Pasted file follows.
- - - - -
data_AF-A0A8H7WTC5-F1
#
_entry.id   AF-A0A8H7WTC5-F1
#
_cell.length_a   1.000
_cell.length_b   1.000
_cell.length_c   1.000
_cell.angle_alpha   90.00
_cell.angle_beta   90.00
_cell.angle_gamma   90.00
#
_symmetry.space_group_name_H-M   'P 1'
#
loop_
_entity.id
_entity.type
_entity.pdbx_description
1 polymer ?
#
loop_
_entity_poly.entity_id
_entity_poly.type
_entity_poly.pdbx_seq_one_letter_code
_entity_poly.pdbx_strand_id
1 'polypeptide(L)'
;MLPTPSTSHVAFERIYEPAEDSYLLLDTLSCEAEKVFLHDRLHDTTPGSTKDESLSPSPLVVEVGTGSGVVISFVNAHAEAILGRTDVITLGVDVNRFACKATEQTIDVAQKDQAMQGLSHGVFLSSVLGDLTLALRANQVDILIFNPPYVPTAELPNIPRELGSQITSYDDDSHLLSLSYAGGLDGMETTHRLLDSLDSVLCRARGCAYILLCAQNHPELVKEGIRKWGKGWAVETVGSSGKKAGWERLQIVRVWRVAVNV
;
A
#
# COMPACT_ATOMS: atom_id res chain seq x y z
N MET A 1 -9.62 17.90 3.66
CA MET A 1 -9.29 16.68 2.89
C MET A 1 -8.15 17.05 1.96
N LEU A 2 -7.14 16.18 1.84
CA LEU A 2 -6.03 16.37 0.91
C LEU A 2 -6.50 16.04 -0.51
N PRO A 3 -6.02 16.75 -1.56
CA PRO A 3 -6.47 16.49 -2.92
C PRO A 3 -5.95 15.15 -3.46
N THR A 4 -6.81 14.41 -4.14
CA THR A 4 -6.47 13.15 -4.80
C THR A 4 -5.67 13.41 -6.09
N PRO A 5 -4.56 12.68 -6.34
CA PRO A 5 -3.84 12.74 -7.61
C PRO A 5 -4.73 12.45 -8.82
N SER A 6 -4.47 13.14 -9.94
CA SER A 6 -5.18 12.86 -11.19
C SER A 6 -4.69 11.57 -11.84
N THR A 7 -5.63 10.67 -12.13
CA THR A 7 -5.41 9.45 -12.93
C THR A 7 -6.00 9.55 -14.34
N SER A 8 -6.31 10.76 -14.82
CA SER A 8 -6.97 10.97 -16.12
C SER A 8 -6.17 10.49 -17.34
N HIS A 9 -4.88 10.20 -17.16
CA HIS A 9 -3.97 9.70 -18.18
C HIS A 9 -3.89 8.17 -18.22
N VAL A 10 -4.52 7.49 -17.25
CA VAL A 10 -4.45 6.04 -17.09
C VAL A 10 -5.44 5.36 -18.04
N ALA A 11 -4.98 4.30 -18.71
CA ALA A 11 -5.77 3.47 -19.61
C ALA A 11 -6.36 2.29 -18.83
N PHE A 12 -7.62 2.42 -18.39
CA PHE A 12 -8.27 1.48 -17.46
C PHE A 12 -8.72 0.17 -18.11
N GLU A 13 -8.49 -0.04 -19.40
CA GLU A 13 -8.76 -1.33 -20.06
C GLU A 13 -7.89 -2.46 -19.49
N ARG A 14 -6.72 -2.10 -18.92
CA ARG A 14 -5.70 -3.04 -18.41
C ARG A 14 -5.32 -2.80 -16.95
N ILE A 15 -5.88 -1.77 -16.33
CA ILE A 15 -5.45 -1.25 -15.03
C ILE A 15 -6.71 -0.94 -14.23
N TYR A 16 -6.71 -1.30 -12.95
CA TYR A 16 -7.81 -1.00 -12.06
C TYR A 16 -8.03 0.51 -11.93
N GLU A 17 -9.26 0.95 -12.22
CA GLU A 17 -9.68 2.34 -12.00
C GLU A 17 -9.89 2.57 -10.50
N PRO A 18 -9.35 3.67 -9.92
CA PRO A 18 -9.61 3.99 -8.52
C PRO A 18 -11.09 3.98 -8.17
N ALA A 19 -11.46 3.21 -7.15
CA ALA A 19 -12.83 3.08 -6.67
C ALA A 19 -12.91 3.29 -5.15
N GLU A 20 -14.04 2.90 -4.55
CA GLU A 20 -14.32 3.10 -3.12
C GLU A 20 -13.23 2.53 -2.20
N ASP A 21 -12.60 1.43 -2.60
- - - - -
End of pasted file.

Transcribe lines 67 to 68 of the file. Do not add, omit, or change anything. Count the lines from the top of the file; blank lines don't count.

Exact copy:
N GLU A 13 -8.49 -0.04 -19.40
CA GLU A 13 -8.76 -1.33 -20.06